Growing up, my grandmother spent a lot of time making all sorts of steamed cakes and dumplings for us to enjoy. It was all made from scratch with fresh ingredients and plenty of love. Coming home from school we'd find turnip cakes or radish cakes, steamed dumplings or potstickers filled with chives, shrimp and pork, and just all kinds of handmade creations.
One of my absolute favorite things she made was a savory, chewy, sticky steamed mochi cake that I am going to share with you today. Honestly I loved all the things she made but this one is special to me because she developed this specifically to my tastes 😊
This mochi steamed cake, which we affectionately call "sticky cake" in our house (or nak nak ti in Taishanese), is filled with a variety of umami ingredients and textures like Chinese sausage, Chinese cured pork belly, cubed ham, dried baby scallops, scallions, pickled radish, mini dried shrimp and rehydrated shiitake mushrooms. The mochi cake is nice and chewy, and the flavors and textures of each ingredient compliment each other nicely as land and sea collide together in an explosion of umami goodness! *angels sing* It is best enjoyed warm from the steamer, and you can eat it as is or enjoy with hoisin sauce and sriracha.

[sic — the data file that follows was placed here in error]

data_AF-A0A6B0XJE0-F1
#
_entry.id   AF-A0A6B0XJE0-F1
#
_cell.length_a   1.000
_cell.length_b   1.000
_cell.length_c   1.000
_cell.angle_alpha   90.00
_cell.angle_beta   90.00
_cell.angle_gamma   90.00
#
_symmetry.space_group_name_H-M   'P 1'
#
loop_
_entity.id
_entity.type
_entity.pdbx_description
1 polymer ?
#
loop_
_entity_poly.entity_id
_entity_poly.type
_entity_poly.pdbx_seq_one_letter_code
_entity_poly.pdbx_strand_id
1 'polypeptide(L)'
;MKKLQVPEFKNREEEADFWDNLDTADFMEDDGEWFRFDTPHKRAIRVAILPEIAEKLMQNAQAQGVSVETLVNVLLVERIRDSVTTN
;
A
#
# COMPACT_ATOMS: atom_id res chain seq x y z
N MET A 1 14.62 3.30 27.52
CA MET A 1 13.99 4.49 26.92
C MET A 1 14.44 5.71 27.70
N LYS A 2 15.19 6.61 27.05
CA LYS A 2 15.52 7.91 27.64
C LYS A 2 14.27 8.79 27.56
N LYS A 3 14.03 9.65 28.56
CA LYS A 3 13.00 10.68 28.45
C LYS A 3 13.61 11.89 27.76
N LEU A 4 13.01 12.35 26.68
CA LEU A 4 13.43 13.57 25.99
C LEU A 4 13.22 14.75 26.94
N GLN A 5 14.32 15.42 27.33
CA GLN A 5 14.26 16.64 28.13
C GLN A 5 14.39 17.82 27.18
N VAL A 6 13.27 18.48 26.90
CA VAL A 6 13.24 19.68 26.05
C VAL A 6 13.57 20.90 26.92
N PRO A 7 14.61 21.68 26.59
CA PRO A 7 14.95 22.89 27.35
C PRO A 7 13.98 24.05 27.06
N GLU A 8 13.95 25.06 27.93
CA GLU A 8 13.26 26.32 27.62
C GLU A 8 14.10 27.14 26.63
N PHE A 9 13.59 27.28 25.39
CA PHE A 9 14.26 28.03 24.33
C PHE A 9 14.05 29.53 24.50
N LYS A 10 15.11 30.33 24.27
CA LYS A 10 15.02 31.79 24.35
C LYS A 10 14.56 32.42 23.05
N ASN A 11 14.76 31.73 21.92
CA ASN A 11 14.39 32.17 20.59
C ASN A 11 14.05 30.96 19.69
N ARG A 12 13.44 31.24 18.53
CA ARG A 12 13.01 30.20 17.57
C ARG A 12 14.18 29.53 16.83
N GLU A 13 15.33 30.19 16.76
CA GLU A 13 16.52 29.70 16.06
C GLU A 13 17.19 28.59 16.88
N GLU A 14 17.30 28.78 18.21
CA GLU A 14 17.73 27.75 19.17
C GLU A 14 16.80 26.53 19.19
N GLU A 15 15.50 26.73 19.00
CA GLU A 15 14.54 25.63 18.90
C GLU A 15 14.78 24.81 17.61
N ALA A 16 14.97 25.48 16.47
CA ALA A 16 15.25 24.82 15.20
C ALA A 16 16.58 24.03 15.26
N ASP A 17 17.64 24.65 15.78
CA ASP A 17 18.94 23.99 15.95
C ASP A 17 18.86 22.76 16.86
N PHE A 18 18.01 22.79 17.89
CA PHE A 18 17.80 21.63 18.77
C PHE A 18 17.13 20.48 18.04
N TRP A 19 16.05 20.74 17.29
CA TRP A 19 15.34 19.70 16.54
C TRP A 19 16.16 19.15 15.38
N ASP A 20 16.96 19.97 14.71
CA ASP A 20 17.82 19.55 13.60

Whenever I call her on the phone or visit my grandmother, she'll ask, "Sooo...want me to make nak nak ti?" And the usual answer, yes!
There's some prep involved with chopping all the ingredients into small pieces, and then cooking it on the stove top for the oils to come out and mix all together. The flour mixture is then made and is applied in layers into a steam cake pan alternating between the flour mixture and the meat. After steaming and giving it some time to set, it's ready to eat!
1. Prepare all your meat and veggies by chopping them all up in to small pieces. I find the smaller the pieces, the less noticeable they are in texture and flavor, whereas slightly larger pieces give you a more discernable flavor of each.
2. Stir fry the baby scallops, all the meat and mushrooms. Once the oil starts rendering out and it smells fragrant, remove and set to the side.
3. Pour both 16 oz bags into a mixing bowl. Add water a little by little and mix until the batter resembles a thick muffin or cookie batter. If it is flowing like pancake batter, you've added too much water, so be careful how much to add. Once well mixed, oil a round cake steam pan, about 12-14 inches. Doing so will help the cake come out of the pan more cleanly. You can also put down cling wrap or parchment paper along the sides and bottom if you wish.